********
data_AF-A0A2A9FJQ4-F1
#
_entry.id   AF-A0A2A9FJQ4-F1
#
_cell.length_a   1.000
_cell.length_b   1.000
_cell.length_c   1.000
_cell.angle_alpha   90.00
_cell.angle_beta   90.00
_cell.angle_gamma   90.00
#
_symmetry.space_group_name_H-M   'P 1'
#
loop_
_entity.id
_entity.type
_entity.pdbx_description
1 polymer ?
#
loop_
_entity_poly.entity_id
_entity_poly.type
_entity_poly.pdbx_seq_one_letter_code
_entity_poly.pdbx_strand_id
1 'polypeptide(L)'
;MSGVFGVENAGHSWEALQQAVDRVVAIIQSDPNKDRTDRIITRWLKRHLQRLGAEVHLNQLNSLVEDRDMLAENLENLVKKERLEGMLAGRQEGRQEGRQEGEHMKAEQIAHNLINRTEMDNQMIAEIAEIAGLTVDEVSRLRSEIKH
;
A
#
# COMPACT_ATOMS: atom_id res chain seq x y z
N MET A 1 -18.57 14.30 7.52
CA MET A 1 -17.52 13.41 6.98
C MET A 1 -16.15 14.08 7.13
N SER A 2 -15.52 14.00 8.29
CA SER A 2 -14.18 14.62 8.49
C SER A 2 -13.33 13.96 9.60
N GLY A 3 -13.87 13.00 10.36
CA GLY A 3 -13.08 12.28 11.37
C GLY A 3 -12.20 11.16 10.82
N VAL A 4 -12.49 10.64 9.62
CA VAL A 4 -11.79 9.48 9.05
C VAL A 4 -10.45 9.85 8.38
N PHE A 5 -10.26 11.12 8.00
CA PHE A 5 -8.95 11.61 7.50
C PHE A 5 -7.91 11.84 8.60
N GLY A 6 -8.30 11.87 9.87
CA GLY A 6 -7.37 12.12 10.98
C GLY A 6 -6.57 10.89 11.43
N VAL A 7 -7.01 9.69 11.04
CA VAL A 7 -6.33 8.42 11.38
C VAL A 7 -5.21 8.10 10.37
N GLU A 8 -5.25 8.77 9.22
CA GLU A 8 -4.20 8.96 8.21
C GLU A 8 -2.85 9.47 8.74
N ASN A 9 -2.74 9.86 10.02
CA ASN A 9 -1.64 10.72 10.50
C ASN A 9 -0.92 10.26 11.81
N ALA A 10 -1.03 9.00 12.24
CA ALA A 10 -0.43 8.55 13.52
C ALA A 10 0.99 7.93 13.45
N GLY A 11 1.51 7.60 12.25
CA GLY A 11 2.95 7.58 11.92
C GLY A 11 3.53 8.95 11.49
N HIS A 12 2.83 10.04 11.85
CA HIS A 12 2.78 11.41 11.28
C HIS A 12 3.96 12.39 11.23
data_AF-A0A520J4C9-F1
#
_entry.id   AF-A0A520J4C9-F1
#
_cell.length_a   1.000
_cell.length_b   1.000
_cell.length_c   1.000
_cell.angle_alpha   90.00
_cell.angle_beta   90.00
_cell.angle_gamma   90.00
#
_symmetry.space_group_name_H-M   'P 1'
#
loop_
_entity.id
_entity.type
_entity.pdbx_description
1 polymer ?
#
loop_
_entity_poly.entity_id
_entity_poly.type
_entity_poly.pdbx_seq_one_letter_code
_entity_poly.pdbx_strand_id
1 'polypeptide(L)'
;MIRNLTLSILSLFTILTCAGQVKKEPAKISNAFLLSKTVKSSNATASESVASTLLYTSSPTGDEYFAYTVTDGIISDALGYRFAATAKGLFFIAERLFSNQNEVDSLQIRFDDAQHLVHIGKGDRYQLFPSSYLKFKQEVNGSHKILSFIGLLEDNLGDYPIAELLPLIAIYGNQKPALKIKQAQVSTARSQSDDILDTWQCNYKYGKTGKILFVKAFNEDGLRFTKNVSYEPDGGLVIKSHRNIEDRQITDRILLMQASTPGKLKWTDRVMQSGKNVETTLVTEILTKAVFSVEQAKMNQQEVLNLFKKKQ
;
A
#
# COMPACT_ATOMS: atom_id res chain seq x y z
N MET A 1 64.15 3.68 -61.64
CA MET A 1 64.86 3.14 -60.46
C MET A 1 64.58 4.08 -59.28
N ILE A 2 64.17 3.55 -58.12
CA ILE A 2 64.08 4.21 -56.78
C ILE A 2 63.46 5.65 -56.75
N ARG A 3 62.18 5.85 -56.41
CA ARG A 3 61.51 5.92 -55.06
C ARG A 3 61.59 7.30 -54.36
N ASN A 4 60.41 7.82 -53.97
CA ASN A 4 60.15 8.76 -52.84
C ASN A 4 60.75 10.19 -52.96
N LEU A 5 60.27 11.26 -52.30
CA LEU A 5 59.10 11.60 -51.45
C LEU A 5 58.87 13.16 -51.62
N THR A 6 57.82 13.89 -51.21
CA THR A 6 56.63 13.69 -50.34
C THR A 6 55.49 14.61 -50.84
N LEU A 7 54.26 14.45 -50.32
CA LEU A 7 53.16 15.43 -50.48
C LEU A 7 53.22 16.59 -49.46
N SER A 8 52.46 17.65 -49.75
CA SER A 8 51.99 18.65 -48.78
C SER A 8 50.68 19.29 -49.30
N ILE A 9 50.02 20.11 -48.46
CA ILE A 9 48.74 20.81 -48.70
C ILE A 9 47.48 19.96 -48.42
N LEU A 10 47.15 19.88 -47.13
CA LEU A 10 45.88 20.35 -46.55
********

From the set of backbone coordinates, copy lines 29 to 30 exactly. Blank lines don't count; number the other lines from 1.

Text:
#
# COMPACT_ATOMS: atom_id res chain seq x y z